Lost amid the flurry of attention that focuses on missing white girls and women are the names of black girls who disappear. Veronica Pate's daughter, ShyShy, is one of them.
The Black and Missing Foundation 5th Annual "Hope Without Boundaries" 5K (HWB5K) fundraising campaign, held on June 3, raised $20,000 and attracted more than 1200 participants from around the country. The annual run/walk brings together families and communities to shed light on the issue of missing persons of color throughout the country.
The Black and Missing Foundation (BAMFI) will hold its 5th annual "Hope Without Boundaries" 5K run/walk on Saturday, June 3,at the National Harbor in Ft. Washington, Maryland.
The foundation founders said blacks make up just 13 percent of the U.S. population, but account for 37 percent of the missing in the FBI's database under the age of 18 and 26 percent above the age of 18.
When the Washington, D.C., Police Department tried to raise awareness about missing children and teenagers by posting their images on social media, the campaign backfired, sparking some national outrage and fears of an epidemic of missing children of color.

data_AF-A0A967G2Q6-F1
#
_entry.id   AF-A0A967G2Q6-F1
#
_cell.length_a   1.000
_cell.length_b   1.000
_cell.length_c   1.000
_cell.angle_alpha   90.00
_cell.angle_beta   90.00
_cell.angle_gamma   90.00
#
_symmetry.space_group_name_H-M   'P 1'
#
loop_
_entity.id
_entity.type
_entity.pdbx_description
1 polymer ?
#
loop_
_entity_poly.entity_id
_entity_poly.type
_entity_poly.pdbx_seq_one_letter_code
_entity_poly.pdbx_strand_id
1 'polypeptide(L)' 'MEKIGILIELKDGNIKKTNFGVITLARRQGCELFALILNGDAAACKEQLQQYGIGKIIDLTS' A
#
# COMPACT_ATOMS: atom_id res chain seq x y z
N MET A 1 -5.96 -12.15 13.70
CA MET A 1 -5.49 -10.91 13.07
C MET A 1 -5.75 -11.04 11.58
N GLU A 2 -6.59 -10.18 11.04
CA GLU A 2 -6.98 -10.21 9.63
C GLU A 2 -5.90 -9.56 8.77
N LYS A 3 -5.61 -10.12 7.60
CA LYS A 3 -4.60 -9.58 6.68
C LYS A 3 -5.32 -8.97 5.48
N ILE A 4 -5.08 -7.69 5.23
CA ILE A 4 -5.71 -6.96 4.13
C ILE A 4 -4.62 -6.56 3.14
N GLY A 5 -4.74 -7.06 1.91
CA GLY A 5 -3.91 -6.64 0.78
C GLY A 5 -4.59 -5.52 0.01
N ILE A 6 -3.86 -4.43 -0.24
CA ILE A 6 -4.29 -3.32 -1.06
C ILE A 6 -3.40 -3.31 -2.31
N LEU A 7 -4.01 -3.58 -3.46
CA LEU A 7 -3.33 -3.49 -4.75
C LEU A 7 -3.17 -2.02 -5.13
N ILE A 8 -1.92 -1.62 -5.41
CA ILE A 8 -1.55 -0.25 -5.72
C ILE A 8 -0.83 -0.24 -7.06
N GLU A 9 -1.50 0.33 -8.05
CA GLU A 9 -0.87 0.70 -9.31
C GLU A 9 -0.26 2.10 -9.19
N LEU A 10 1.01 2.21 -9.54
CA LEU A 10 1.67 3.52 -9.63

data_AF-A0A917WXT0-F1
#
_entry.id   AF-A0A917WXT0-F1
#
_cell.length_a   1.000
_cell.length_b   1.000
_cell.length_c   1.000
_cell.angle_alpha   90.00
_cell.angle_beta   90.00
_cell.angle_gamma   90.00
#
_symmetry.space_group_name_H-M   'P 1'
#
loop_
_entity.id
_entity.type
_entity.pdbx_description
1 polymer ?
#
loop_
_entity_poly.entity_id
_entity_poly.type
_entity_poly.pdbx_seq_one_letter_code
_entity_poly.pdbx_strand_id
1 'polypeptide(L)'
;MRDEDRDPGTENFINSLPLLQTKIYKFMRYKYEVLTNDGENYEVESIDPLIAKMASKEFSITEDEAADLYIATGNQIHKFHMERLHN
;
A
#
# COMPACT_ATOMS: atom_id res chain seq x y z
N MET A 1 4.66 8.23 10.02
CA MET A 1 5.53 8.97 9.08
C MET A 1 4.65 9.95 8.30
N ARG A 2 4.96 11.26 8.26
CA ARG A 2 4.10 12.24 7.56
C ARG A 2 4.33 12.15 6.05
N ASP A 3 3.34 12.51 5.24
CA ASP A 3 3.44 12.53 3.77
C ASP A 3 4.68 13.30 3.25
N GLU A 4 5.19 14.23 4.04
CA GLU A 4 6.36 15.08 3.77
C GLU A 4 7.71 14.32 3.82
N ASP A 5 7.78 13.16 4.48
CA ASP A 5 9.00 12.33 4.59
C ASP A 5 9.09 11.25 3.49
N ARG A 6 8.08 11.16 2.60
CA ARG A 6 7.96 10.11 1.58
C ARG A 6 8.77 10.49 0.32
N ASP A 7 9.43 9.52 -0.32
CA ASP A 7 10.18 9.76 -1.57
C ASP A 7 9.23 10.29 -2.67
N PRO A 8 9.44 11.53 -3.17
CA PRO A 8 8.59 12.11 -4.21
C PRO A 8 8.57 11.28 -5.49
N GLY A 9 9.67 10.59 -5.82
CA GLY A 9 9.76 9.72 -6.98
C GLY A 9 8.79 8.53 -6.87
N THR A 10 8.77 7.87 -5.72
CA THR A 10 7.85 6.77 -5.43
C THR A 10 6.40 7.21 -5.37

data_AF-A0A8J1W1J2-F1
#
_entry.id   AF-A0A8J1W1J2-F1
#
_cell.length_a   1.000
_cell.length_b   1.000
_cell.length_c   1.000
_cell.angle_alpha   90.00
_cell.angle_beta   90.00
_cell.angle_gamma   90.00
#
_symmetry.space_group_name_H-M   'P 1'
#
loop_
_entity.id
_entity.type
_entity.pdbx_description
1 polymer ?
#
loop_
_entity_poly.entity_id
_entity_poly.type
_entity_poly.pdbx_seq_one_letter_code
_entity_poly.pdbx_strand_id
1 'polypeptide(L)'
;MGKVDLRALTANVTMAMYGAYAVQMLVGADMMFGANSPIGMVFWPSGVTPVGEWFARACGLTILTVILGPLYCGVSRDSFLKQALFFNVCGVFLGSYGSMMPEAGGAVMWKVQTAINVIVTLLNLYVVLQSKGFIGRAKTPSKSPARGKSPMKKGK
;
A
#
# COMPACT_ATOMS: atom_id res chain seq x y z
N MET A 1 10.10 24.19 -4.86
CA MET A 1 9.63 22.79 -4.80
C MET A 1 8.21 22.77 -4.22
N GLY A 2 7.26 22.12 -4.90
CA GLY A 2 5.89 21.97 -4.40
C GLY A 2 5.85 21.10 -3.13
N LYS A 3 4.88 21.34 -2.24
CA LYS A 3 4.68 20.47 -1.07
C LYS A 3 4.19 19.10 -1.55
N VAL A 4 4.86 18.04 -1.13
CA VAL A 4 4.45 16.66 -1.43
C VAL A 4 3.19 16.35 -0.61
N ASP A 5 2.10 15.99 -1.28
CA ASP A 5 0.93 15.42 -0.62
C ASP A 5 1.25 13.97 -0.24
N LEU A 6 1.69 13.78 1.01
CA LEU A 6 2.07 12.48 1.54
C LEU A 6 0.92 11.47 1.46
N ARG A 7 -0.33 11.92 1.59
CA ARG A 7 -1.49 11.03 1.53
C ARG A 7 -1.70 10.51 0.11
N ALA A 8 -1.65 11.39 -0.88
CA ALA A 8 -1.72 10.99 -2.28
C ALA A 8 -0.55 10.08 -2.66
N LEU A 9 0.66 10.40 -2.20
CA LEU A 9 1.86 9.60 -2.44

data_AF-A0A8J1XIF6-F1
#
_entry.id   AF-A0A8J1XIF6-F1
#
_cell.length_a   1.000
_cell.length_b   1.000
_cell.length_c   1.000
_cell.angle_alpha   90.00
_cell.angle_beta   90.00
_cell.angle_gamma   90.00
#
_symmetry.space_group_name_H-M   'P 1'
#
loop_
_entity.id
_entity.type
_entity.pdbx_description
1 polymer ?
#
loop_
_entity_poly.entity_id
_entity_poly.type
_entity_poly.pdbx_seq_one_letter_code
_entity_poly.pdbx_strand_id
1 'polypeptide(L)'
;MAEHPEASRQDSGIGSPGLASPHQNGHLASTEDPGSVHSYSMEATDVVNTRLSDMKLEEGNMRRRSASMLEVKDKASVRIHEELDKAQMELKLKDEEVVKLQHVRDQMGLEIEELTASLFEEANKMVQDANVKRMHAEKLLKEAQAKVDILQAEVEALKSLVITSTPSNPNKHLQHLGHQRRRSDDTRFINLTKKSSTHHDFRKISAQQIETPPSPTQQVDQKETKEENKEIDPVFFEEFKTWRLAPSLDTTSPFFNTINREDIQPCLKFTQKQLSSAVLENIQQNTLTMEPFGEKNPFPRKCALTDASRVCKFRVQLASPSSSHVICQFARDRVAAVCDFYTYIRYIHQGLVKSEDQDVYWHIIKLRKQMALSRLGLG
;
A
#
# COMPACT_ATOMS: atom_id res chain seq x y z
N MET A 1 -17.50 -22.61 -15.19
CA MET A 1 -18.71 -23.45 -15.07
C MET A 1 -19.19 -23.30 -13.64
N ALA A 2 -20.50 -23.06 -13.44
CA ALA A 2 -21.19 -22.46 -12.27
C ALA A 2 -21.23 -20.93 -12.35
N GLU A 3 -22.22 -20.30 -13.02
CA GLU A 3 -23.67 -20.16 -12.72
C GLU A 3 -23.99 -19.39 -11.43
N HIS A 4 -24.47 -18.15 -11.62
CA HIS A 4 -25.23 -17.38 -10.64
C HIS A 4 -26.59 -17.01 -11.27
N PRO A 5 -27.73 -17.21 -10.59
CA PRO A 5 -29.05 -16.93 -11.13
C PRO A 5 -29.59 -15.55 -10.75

This discussion about the Missing Girls of Washington DC includes Commander Chanel Dickerson of DC Metropolitan Police Dept., Derrica Wilson founder of "Black & Missing", Rev. Moya Harris of Metropolitan AME Church and Sharece Crawford ANC Commissioner for Southeast Washington DC.
Recent publicity surrounding missing children in Washington, D.C. has launched a firestorm of conversation and controversy about the issue in the nation's capital and across the country.
In light of the heightened awareness of missing children in the District of Columbia, on Saturday, April 1, the Black and Missing Foundation (BAMFI) in partnership with Liberty Christian Church will offer a FREE self-defense class for youth ages 5-17.
We've been sharing the news recently about the "Epidemic" of missing teens in DC and it seems that finally some attention is being put towards a cause that certainly needs some attention.
The news pricked at the deepest fears of Washington, D.C.'s black community. Between March 19 and March 24, a dozen black and Latino children were declared missing by police in the nation's capital.